- Publications and presentations definitely benefit the individual employee. It helps you to become known in the field for your research interests or regional expertise, and it helps to build your network.
- You should be looking at opportunities to give presentations and to be active in archaeological societies and organizations. Those activities may introduce you to CRM archaeologists, or you may have somebody hear a talk that you presented and want to talk with you afterwards because they have a project coming up and they think you might be a good fit.
- It is a strength on your resume to show publications and presentations. That’s part of the resume filter. Companies that actively encourage this will look for it in the resumes of candidates they consider.
Question: Should an applicant use their thesis as a writing sample as part of their application package?
- Unless your thesis is completely unrelated to the job, yes you should use it as a writing sample. Employers will understand that the requirements for the thesis may include jargon or sections that don’t equate to a CRM report, but we understand the structure of a thesis. If you’re not submitting a part of your thesis and you’re applying for a job as a supervisory archaeologist or other position that involves writing, it may raise more questions.
Question: What types of ancillary archaeological and non-archaeological positions are available within CRM?
- Physical anthropologists / Mortuary archaeologists / Bioarchaeologists
- Zooarchaeologists / Archaeobotanists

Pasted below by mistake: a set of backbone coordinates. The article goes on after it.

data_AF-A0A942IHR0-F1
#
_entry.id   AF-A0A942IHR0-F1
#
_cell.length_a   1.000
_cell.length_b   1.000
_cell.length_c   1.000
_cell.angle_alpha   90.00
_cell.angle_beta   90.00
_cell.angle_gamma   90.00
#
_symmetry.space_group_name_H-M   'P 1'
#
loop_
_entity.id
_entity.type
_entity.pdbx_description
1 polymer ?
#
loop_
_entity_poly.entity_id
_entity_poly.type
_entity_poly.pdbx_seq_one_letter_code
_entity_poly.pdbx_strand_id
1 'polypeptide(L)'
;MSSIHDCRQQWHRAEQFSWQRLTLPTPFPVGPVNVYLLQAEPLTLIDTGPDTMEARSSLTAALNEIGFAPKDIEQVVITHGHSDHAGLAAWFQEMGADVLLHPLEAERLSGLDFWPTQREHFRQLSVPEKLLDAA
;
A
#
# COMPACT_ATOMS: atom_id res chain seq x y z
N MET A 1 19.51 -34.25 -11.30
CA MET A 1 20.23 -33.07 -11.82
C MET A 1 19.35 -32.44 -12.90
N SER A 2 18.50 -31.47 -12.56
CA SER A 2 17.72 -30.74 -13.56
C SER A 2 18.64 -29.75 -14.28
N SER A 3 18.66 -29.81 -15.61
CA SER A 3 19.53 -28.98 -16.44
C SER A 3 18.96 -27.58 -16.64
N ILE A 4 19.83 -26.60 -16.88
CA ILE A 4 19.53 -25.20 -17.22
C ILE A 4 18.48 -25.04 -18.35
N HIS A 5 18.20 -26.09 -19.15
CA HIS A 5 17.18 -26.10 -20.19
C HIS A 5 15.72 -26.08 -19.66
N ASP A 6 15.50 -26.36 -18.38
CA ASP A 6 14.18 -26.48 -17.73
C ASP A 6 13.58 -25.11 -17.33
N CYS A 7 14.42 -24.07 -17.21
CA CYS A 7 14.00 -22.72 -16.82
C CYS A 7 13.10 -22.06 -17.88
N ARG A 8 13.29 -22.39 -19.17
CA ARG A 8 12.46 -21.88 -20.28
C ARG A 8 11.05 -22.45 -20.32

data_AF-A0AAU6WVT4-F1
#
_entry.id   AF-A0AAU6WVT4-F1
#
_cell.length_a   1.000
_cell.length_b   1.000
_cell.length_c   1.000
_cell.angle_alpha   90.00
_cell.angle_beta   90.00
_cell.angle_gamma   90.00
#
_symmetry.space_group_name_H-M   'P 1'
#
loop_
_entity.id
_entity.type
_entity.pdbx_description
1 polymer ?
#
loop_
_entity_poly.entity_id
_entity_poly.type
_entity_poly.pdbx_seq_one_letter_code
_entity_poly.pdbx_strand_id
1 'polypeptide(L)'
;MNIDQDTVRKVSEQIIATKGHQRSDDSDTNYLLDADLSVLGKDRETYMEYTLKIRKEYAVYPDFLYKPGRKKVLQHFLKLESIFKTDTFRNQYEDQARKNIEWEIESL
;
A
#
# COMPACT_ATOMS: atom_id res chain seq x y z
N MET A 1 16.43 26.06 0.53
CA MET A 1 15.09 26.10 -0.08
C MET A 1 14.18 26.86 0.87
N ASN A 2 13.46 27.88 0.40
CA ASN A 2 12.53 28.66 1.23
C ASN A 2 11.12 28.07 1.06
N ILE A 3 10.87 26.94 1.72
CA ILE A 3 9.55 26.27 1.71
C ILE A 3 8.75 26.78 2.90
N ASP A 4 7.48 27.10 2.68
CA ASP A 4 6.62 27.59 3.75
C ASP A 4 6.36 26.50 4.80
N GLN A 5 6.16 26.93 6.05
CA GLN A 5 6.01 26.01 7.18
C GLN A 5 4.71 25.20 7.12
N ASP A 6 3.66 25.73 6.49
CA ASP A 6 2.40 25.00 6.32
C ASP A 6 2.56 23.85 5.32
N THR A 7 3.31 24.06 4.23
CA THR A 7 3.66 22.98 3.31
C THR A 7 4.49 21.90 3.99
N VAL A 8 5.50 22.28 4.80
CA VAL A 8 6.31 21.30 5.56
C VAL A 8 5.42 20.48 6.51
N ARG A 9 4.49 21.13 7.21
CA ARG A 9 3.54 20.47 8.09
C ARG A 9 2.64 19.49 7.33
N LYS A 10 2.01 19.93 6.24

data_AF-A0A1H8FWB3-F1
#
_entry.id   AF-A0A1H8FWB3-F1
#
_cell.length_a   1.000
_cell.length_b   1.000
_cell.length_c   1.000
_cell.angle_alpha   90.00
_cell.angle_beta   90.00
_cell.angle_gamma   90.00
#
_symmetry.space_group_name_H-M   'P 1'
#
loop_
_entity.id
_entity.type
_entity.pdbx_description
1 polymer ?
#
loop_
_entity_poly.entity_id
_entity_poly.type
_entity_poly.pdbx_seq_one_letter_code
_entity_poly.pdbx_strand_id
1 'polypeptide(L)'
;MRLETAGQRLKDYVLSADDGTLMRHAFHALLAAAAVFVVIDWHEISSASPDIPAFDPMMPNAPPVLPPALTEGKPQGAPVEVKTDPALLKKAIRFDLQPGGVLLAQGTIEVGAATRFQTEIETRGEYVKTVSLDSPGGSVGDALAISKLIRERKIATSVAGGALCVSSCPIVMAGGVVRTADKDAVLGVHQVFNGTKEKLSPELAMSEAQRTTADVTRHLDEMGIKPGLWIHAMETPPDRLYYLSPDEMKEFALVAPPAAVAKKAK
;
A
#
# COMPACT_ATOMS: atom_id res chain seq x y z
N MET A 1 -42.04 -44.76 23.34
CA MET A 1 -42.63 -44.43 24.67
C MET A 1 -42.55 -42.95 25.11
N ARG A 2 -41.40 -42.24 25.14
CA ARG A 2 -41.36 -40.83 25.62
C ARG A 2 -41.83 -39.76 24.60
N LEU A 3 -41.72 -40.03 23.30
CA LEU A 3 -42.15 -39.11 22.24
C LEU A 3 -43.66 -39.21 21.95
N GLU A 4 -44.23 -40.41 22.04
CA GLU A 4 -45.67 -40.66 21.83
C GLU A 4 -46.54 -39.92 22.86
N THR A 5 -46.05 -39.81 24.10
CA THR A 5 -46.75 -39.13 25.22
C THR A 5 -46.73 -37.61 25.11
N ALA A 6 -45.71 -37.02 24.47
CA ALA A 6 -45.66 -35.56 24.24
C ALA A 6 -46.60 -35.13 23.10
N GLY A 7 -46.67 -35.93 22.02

- Geophysical specialists (terrestrial and marine remote sensing)
- GIS specialists
- Illustrators / Graphic designers
- Editors / Report production
- Architectural historians / Historic architectural specialists
- Laboratory directors
- Curation managers
- Accounting and Administration, including Human Resources
- Project Managers
- Health, Safety, and Environment officers
- Marketing and Business Development
- Information Technology
A Closing Note from Terry Klein and Teresita Majewski:
We were very pleased about the results of this and the other career sessions. Exchanges between the panelists and attendees were lively and very informative, and several attendees acknowledged their thanks at the end of each session. We are looking forward to the next Past Presidents’ Student Receptions in Philadelphia! It will be great to finally see everyone in person!
If you have any questions about this and the other career sessions, or future Past Presidents’ Student Receptions, please contact Mr. Terry Klein (firstname.lastname@example.org) or Dr. Teresita Majewski (email@example.com).